5. Pray together daily as a couple. Let God know your needs. He cares and wants to be invited in to support your marriage. Recite together with Jesus his prayer, "Father, hallowed be thy name. Thy kingdom come. Give us each day our daily bread; and forgive us our sins, for we ourselves forgive every one who is indebted to us; and lead us not into temptation” and entrust your marriage needs to His promise “And I tell you, Ask, and it will be given you; seek, and you will find; knock, and it will be opened to you. For every one who asks receives, and he who seeks finds, and to him who knocks it will be opened.” [3]

Stress coping for Christian couples

Jesus in his humanity did not exempt or make himself immune from the effects of stress. In the gospel account of the agony in the garden, Jesus experienced the debilitating effects of acute stress – mental agony, emotional and physical distress, soulful sorrow, and a sense of isolation as his companions came up short in supporting his human need. [4]  

Jesus invites us to turn to him during stressful periods and situations that arise in our marriages – “Come to me, all who labor and are heavy laden, and I will give you rest. Take my yoke upon you, and learn from me; for I am gentle and lowly in heart, and you will find rest for your souls. For my yoke is easy, and my burden is light." [5]

Does this sound too spiritual to be relevant to your situation? Remember, Jesus walked the same earth as we do today in our marriages; only the cultural context has changed.

God’s perspective = balanced perspective

What God promises in the person of Jesus is his personal touch and faithfulness. The more we join our burdens with his “yoke”, by turning to him in our struggles, we allow God’s grace, i.e., supernatural help, to make up what is lacking. God’s grace will help to transform our attitudes, our relationship with our spouse, and our situations for the good of our marriage. With God’s help we will be better able to keep a balanced perspective during stressful periods. Over time there will arise a growing confidence and assurance that God truly is the third Person in our marriage and has an active stake in the successful living out of our marriage vows.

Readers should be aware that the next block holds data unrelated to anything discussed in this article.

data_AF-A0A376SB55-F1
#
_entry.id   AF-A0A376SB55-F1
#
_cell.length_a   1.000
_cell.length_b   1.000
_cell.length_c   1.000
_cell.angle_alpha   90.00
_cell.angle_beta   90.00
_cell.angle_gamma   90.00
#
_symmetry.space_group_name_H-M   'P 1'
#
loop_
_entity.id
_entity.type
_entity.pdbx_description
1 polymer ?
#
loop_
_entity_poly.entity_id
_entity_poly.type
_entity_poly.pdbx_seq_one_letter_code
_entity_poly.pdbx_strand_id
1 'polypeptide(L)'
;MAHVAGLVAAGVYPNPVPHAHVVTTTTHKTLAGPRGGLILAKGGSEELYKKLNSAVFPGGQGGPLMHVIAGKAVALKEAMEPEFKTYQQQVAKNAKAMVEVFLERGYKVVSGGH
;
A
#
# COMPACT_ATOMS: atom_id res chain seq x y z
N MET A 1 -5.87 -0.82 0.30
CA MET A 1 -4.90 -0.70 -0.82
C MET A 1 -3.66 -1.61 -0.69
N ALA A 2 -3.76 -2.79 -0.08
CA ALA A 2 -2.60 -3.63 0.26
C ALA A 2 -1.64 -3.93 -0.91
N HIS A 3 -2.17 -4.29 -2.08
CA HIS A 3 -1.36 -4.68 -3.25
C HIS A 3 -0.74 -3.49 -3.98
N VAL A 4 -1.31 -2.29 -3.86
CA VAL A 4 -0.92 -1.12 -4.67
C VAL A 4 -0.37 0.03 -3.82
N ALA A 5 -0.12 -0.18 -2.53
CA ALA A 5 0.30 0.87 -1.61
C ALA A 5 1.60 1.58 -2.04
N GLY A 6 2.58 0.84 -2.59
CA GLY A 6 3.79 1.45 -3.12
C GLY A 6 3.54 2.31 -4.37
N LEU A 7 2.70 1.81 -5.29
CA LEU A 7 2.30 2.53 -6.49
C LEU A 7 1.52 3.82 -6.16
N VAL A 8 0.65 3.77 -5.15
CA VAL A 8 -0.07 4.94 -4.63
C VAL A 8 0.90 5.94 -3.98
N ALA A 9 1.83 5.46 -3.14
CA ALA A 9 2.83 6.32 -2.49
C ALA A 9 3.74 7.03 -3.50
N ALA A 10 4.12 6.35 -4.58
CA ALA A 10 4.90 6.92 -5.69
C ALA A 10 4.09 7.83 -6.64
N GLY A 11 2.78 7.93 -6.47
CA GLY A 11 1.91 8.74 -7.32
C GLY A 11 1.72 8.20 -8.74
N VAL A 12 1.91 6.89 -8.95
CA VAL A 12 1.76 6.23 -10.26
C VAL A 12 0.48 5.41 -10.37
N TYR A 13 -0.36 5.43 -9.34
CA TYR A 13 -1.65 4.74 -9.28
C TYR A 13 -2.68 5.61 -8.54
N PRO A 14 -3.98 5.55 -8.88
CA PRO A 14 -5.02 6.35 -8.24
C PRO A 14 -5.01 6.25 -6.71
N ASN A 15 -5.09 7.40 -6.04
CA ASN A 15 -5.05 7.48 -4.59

For those times that as a husband or wife that we find ourselves coming up short, Jesus extends to us his human empathy and divine help - “For we have not a high priest [Jesus] who is unable to sympathize with our weaknesses, …Let us then with confidence draw near to the throne of grace, that we may receive mercy and find grace to help in time of need.” [6]

The key is turning to Jesus in our need as Christian spouses, no matter how incidental, overwhelming, or immediate the need for a fix or relief may seem. God is practical in bringing about needed supports and resources, along with his strength and endurance. 

Don’t go it alone. God has given us an ATM card to make unlimited withdrawals on the deposit of grace that he made when we exchanged our sacramental wedding vows.

David Grobbel, L.M.S.W. Associate Director, Marriage and FamilyArchdiocese of Detroit


  1. Gottman, John M. PhD and Silver, Nan, The Seven Principles For Making Marriage Work, pp. 37-38 (New York: Three Rivers Press, 1999)
  2. The Seven Principles For Making Marriage Work, pp. 188-189.
  3. Luke, Chapter 11: 2-4, 9-11 (RSV)
  4. Matthew, Chapter 26: 36-46 (RSV)
  5. Matthew, Chapter 11: 28-30 (RSV)
  6. Hebrews, Chapter 4: 15-16 (RSV)